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Friday, March 13, 2009

Missouri to pay $2 million

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— The University of Missouri will pay $2 million to the family of a former reserve linebacker who collapsed on the field and then died during a 2005 preseason workout.

Boone County Circuit Judge Gary Oxenhandler approved the settlement in a brief hearing Thursday. The agreement ends a three-year lawsuit over the death of Aaron O’Neal, a 19-year-old redshirt freshman from suburban St. Louis who collapsed on the Memorial Stadium field during a voluntary workout in July 2005. He died less than two hours later.

Under the agreement, Lonnie O’Neal, the player’s father, will receive $1.3 million plus court costs. Deborah O’Neal, Lonnie O’Neal’s his estranged wife, will receive the remaining $700,000, plus legal fees.

Comments

sevenyearhawk 10 years, 10 months ago

This story is so tragic ...

Every time I hear about Aaron O'neal, I think about the heart problem that Kansas found with Kerry Meier and think:

that could've easily have been him!

So crazy and sad.

Relic 10 years, 10 months ago

Awful story, Mizzou is completely at fault and needs to hire better physicians. If someone's lips turn white, good chance they have bacterial problem or are in shock.

KUGreenMachine 10 years, 10 months ago

So what did Mizzou do that makes them at fault? I mean...I guess it must have been, but why wouldn't they add WHY Mizzou is at fault for a collapse at a "voluntary" work out???? It doesn't make sense. I don't even understand how I'm supposed to feel about this story? Did Mizzou do something wrong, or should I feel that the parents are crazy? Don't all of the athletes at major universities, and even smaller ones sign waivers??? I know I did in high school... Just wondering...I wish they'd give a clearer story than this small bit of reporting.

KUGreenMachine 10 years, 10 months ago

wait...just read the whole story on other news organizations....sounds to me like Mizzou is paying because they feel bad and the parents were angry. This pre-existing condition is something that maybe their family should have thought about before deciding to let their son play football at a div-I university. In no way was MU forcing this kid to play football. They were not paying him to play football. He must have signed a waiver relieving MU of any responsibility. It saddens me that this kid's parents cannot come to grips with what has happened and realize that if they would have taken the initiative to keep their son out of football, that maybe he would still be here. I understand this sounds bad, but the school itself should not have any responsibility. They say its nothing to do with them having fault, so why not open up the scholarship fund only and help somebody, and not just give out $2million in tax payer money to feed a greedy dad and "ESTRANGED" wife? Sounds to me based on what has been reported that the WHOLE story is not out there, and that the University knows something that the public does not...or that the dad has motives. Suing to get rich due to your son's death with no real reason other than to get money for yourself is extremely troubling. If you're going to bring a lawsuit against a company or institution it should be for some ethical reason...not just to get money for nothing. Sounds like the dad needs to get a job..oh wait, the taxpayers of Missouri are now funding him.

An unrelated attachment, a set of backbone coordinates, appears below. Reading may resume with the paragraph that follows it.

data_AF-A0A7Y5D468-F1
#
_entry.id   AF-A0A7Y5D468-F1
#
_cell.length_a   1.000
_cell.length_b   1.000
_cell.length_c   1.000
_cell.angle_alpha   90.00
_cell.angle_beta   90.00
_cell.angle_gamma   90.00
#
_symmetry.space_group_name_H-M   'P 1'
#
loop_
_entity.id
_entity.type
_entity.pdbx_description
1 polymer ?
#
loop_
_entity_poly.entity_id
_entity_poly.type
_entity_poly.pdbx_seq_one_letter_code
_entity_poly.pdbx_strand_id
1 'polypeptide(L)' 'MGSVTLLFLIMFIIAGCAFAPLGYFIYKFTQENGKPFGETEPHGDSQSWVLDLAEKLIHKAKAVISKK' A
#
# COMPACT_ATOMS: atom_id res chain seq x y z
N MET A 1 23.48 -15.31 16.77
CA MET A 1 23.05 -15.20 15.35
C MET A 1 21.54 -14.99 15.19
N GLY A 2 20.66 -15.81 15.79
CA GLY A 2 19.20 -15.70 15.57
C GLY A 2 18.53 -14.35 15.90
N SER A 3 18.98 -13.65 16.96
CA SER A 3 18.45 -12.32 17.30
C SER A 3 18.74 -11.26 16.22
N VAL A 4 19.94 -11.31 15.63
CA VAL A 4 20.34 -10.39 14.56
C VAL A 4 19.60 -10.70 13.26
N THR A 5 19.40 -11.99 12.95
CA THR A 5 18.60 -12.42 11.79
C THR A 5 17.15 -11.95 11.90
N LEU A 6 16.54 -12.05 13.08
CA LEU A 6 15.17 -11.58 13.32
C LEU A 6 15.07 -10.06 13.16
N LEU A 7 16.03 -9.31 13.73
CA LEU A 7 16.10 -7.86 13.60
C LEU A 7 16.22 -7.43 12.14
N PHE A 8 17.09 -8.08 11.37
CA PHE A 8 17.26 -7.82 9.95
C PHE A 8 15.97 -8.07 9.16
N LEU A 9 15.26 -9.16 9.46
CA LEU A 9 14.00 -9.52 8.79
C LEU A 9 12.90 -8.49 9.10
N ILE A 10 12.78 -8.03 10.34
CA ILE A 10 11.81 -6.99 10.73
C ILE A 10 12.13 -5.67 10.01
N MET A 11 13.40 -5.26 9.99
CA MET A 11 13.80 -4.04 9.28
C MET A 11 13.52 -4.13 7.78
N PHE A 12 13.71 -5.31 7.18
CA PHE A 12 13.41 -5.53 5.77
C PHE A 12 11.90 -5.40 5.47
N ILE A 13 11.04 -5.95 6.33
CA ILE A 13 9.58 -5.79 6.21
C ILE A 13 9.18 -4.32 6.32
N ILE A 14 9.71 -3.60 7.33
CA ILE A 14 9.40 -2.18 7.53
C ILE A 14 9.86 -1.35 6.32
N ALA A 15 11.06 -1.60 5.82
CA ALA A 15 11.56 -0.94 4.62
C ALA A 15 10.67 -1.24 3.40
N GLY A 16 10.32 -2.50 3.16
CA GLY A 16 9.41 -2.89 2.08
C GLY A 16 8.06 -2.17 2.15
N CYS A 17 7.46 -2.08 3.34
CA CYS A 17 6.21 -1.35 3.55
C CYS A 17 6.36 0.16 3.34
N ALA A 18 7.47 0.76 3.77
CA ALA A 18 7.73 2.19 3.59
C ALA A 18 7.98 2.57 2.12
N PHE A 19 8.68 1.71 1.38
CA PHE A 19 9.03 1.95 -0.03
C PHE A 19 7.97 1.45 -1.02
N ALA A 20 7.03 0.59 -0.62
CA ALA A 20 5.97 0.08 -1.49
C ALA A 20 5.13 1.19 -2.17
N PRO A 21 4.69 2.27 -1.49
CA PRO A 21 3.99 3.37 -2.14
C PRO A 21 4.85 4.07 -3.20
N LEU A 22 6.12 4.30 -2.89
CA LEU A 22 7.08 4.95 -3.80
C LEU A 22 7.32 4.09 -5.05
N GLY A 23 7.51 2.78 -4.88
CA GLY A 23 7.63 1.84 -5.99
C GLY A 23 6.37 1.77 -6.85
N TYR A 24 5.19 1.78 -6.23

Relic 10 years, 10 months ago

The reason that they are at fault was how he was medically treated, at least by what the article said. The kid collapsed on the field. The trainers said it was heat exhaustion and sat him out. The kid was showing really bad neurological problem signs and they took him to the sports offices across the street instead of to the Student health center which is across the street also. I think he was there for a while and then his mouth turned white and he died before they got him to the health center. They couldn't have helped him but they shouldn't have automatically written it off as heat exhaustion and properly examined the kid or taken him to someone who could. I read the article a while back so I might be remembering some details wrong. For some reason, I think I remember them saying his temperature wasn't even very high even though they said it was heat exhaustion.

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